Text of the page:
While the brethren are eating, someone should read aloud from a book. But the reader should not be just anyone who happens to wander along; let the one who is to read begin on Sunday and continue for the whole week. After Mass and Communion let him ask everyone to pray for him that God may ward off the spirit of pride. And let the following verse be said three times by all in the chapel: ‘Lord, open my lips that my mouth may declare your praise’(Psalm 51.15), and so having received the blessing let him begin.
While he is reading, the deepest silence should be kept so that no whispering or voice is heard except that of the reader alone. But let the brethren help one another to the various dishes, so that no one need ask for anything. Thus, when a monk wants something, let him request it by means of a sign of some kind rather than a sound.
Silence is so important to monks that they don’t even talk while they’re eating. Instead, one of them reads from a book while the others quietly have their meal. Saint Benedict even stipulates that the brethren should use sign language rather than whisper when they need something. In my monastery, we have special signs for milk, water, bread, butter, starch, salt, pepper, and so on. The sign for water is three fingers. The sign for starch is a closed fist. We even have a sign for ketchup, which we make by dragging the right forefinger across the left wrist. It’s weird, but it works. And it shows that we really mean it when we say that silence is precious.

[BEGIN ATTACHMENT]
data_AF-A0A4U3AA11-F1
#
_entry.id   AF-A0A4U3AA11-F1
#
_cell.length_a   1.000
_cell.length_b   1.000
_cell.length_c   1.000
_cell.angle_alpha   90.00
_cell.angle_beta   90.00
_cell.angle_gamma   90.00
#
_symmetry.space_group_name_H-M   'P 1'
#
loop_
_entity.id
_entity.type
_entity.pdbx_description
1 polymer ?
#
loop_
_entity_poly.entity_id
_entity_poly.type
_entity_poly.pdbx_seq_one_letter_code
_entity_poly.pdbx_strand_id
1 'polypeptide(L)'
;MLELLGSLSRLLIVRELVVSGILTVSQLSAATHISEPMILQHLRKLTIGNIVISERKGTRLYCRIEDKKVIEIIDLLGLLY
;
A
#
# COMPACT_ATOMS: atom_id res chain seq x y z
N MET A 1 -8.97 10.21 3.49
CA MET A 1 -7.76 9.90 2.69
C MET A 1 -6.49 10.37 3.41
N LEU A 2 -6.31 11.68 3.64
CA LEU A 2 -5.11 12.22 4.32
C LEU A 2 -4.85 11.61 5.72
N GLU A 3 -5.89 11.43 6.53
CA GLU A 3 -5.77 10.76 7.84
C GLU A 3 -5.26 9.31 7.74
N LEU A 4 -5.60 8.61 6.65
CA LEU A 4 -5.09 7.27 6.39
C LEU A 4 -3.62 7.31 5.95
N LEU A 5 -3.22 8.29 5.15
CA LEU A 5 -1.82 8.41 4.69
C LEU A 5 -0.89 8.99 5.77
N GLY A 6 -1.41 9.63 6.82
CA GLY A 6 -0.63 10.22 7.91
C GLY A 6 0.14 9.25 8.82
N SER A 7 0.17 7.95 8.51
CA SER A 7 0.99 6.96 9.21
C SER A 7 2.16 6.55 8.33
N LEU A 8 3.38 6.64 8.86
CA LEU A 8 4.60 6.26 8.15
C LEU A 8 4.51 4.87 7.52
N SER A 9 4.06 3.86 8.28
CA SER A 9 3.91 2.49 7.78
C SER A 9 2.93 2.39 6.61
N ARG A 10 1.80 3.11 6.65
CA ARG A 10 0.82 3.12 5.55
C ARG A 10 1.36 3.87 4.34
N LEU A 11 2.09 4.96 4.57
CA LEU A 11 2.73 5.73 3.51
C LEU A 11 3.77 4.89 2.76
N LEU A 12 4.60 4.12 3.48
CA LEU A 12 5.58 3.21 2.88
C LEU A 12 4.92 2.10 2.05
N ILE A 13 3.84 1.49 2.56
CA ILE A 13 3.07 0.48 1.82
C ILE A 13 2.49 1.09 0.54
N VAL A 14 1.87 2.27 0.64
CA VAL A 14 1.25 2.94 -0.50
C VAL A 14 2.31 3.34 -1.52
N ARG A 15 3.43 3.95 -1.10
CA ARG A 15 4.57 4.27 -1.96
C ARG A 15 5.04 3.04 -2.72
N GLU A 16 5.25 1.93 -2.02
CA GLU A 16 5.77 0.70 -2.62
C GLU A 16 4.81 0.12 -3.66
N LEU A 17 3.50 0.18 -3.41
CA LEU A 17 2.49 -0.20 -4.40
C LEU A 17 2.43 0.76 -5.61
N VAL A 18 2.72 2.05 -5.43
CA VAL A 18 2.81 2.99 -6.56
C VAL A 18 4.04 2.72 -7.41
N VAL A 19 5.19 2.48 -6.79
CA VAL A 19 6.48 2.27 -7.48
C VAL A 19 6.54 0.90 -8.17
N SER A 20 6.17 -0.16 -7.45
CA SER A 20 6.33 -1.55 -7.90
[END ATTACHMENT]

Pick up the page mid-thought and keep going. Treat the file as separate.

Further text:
The weekly reader, on the other hand, talks all the way through the meal, because that is his job. He needs to be careful, though, because that much talking can be an occasion for all sorts of sin, particularly pride. This is a common struggle for ministers of all sorts; because there can be a real temptation, when you’re good at something, to take credit for it—or worse yet, to put yourself at the center of your ministry. Have you ever watched a priest say mass like he was hosting a talk show (“Well hello, everyone!!!! How are we all this morning!!!! The Lord be with you!!!!!”). Every sentence has to have at least two exclamation points at the end of it. (Lift up your hearts!!!! Let us give thanks to the Lord Our God!!!!!) Years ago, I belonged to a parish where the cantor sang every hymn like he was Frank Sinatra. The whole experience became an exercise in frustration, because liturgy isn’t about entertainment, and it isn’t about us. It’s about God, and redirecting our gaze toward Him.
When the minister himself keeps inserting himself between us and God, we get angry. So a good minister (like a good musician or a good writer or a good teacher...) knows in his heart that the ministry comes first—the message, the music, the story comes first—and the minister’s personality takes a far distant second. Granted, this is hard to do because we can only speak from our own experience. But if we pray hard, the Holy Spirit should make up for our weakness.
Mother Theresa used to refer to herself as “God’s pencil stub.” She didn’t deny that she was doing great work, but she gave credit for that work to Holy Spirit, Who held the pencil. “Will the axe boast over the one who swings it?” said the prophet Isaiah (Isaiah 10:15). You may be sharp, but give credit where credit is due. And if you want your creation to last, don’t build it around yourself. Build it around Christ.